02 October 2013

Shooting FoodPrints with Sandy Daza

Sandy Daza tries the lomi at Panciteria Lipa.
So ok! The obvious question is what in the world was I even doing with renowned chef and restaurateur Sandy Daza. I had been seeing teasers of his new show on the Lifestyle Channel called ‘FoodPrints.’ I cannot say that I knew an awful lot about Sandy, but he is the son of the late Nora Daza, whose column ran in a local paper, like, forever!

As it happened, the show’s producer Jennie Celdran – wife of ANC personality David Celdran – happened to be a friend of my former colleague Ningning Doble. Ningning was part of the staff of my friend and former colleague Cora Abansi, and in fact I went to see the two ladies in Baguio only last June.

Jennie had asked Ningning for an initial contact for the show’s impending Batangas Province shoot; and the latter promptly referred her to me because I also maintain another site called Food Batangas. I was quite happy to be of help.

Initially, communication exchanged between Jennie and I was limited to things that she and her team could possibly feature in the Batangas episode of FoodPrints: who invented Lipa lomi; which were the best joints; what was gotong Batangas; where was the best bulalo; and so on and so forth.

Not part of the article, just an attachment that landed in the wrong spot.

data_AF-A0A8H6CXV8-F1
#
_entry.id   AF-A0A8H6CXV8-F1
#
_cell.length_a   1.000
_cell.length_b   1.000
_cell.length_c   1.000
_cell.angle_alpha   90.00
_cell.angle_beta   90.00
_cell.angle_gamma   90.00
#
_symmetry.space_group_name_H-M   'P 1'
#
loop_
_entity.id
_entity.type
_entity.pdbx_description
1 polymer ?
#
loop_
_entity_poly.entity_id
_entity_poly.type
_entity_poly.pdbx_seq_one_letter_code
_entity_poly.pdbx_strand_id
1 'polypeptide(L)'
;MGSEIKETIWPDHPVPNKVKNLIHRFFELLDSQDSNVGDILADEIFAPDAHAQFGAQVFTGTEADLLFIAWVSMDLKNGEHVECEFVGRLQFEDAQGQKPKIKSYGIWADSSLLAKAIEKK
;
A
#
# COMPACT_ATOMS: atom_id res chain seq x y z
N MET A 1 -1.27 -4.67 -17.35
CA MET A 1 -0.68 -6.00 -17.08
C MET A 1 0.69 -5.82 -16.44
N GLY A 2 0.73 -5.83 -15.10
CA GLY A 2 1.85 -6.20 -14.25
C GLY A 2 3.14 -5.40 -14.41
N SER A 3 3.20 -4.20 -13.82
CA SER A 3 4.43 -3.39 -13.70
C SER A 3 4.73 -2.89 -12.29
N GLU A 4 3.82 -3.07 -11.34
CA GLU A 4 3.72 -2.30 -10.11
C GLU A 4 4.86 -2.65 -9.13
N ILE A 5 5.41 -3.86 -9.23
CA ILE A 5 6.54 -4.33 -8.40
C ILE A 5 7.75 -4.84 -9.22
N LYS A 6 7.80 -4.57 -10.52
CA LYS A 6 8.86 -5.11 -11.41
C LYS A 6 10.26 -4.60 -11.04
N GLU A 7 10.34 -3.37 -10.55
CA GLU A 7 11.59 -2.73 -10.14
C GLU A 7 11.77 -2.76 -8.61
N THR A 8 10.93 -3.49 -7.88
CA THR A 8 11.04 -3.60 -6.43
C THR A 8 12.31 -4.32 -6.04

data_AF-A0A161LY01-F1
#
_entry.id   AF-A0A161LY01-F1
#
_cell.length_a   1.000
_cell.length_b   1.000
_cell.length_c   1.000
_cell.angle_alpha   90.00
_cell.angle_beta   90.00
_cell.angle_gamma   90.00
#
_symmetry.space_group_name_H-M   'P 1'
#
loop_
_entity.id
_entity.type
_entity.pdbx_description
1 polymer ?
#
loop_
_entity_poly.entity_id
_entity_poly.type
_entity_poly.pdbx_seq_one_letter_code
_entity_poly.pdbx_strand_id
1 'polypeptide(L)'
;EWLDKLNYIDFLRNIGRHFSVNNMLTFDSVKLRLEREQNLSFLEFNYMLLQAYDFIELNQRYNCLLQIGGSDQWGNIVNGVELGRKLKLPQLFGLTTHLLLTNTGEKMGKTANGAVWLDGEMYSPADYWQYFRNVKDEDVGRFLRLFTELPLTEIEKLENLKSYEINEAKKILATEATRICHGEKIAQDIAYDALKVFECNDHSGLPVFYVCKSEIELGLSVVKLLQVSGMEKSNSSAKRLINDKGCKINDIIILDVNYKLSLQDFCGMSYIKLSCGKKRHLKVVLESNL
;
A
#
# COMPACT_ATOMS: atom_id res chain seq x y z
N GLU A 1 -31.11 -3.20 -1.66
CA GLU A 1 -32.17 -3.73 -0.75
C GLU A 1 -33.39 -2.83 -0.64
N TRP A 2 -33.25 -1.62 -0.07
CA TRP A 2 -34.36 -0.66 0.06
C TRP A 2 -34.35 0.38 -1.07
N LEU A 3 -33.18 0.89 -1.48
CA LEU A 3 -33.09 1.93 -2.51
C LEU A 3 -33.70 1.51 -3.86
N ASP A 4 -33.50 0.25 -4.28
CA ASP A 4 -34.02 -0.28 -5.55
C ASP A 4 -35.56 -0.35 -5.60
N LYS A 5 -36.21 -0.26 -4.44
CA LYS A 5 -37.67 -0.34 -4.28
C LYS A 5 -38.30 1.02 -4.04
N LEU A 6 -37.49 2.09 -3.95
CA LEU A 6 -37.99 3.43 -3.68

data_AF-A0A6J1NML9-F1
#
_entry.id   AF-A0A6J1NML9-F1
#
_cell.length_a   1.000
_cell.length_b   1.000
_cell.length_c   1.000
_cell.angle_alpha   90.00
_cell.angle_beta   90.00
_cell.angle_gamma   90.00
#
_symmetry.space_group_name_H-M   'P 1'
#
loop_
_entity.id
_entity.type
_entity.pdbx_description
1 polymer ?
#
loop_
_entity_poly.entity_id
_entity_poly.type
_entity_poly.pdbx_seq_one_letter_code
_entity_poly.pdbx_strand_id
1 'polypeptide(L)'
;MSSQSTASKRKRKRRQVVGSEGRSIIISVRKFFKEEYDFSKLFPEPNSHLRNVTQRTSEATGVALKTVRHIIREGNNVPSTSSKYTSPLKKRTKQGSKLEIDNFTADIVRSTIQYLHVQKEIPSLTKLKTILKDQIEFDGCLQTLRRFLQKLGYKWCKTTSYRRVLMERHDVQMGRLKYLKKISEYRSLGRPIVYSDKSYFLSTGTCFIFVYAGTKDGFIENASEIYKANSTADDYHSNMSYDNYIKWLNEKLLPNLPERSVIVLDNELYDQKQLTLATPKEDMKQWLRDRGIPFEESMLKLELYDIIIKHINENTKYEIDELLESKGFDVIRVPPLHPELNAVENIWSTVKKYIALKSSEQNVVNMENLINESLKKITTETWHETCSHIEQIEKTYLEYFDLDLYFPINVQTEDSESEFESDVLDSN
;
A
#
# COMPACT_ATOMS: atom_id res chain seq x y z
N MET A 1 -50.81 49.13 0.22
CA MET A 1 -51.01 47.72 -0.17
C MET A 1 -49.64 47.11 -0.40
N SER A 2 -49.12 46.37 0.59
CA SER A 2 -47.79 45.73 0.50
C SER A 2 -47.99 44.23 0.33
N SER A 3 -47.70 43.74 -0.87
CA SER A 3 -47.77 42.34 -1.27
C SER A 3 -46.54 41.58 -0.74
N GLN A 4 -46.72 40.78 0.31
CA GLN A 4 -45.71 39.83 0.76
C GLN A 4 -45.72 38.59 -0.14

As the production team’s itinerary became clearer, Jennie asked me if I was willing to join them and probably go on-cam with Sandy. I was not sure about the on-cam thing, but Batangueño hospitality dictated that I, at least, said hello to the team.

Not only that. I was also interested to see how those delightful documentaries that they show on the Lifestyle channel are produced. So, I said yes, I would be joining the team.



Last Sunday afternoon, I caught up with the production team at the Panciteria de Lipa, where naturally they were covering the original home of the famous Lipa pancit lomi. I was actually in very familiar territory because meeting up with people and showing them around the place used to be my job when I headed DLSL’s External Affairs.

I had dressed casually as I always do, so finding the entire team dressed just as casually eased my concern about possibly having under-dressed. Sandy Daza himself wore a white collared t-shirt, blue denims and sneakers; quite unpretentious, as a matter of fact. I found him down-to-earth and very pleasant.

I was pleased to have been reacquainted with Mrs. To, the owner of the panciteria. Several of her children were my students. I might have met her once or twice in the old days in school.

Those who live in Lipa know that the panciteria is alternatively known as ‘Timing’s.’ Now, how many of you know that Timing was To Kim Eng, her late husband who invented the original lomi? I was always under the impression that Timing was Mrs. To! This was going to be an interesting afternoon.



I followed the team up to the fourth storey where it was allowed to shoot the making of the panciteria’s own miki noodles. An acquaintance who was also one of the team’s local contacts went to see how the miki was made, too; and we were both of the opinion that this was something few Lipeños are privileged to see.

Sandy was game and tried his hand at the miki manufacturing process. I swear kneading the dough was not easy; but the workers made it look so. It was also hot and stuffy as well.